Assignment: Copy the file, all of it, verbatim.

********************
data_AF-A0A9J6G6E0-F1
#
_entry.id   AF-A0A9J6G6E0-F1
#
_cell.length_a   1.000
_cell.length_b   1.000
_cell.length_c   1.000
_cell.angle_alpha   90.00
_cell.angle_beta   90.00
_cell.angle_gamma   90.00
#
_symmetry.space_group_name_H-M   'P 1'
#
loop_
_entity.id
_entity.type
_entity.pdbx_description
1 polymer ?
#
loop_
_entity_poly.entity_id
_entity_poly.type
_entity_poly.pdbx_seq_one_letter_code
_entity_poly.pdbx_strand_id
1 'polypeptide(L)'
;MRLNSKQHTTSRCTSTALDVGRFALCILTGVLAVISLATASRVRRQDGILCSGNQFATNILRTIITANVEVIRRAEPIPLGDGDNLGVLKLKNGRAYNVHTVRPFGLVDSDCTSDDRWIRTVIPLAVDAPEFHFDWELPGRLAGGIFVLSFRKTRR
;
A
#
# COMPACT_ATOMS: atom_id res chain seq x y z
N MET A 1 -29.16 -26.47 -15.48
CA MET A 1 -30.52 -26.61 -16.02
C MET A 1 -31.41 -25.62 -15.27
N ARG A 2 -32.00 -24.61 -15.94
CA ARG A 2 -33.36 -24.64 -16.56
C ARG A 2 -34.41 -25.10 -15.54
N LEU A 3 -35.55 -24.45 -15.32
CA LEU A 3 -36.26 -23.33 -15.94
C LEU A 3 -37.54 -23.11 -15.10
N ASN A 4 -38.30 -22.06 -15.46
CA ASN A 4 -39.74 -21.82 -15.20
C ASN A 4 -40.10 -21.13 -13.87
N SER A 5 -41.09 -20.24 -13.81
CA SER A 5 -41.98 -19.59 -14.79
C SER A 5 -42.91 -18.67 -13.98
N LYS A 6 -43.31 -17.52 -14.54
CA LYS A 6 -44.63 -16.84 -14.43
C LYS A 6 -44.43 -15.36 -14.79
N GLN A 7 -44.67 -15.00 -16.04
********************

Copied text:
data_AF-A0A9J6G6E0-F1
#
_entry.id   AF-A0A9J6G6E0-F1
#
_cell.length_a   1.000
_cell.length_b   1.000
_cell.length_c   1.000
_cell.angle_alpha   90.00
_cell.angle_beta   90.00
_cell.angle_gamma   90.00
#
_symmetry.space_group_name_H-M   'P 1'
#
loop_
_entity.id
_entity.type
_entity.pdbx_description
1 polymer ?
#
loop_
_entity_poly.entity_id
_entity_poly.type
_entity_poly.pdbx_seq_one_letter_code
_entity_poly.pdbx_strand_id
1 'polypeptide(L)'
;MRLNSKQHTTSRCTSTALDVGRFALCILTGVLAVISLATASRVRRQDGILCSGNQFATNILRTIITANVEVIRRAEPIPLGDGDNLGVLKLKNGRAYNVHTVRPFGLVDSDCTSDDRWIRTVIPLAVDAPEFHFDWELPGRLAGGIFVLSFRKTRR
;
A
#
# COMPACT_ATOMS: atom_id res chain seq x y z
N MET A 1 -29.16 -26.47 -15.48
CA MET A 1 -30.52 -26.61 -16.02
C MET A 1 -31.41 -25.62 -15.27
N ARG A 2 -32.00 -24.61 -15.94
CA ARG A 2 -33.36 -24.64 -16.56
C ARG A 2 -34.41 -25.10 -15.54
N LEU A 3 -35.55 -24.45 -15.32
CA LEU A 3 -36.26 -23.33 -15.94
C LEU A 3 -37.54 -23.11 -15.10
N ASN A 4 -38.30 -22.06 -15.46
CA ASN A 4 -39.74 -21.82 -15.20
C ASN A 4 -40.10 -21.13 -13.87
N SER A 5 -41.09 -20.24 -13.81
CA SER A 5 -41.98 -19.59 -14.79
C SER A 5 -42.91 -18.67 -13.98
N LYS A 6 -43.31 -17.52 -14.54
CA LYS A 6 -44.63 -16.84 -14.43
C LYS A 6 -44.43 -15.36 -14.79
N GLN A 7 -44.67 -15.00 -16.04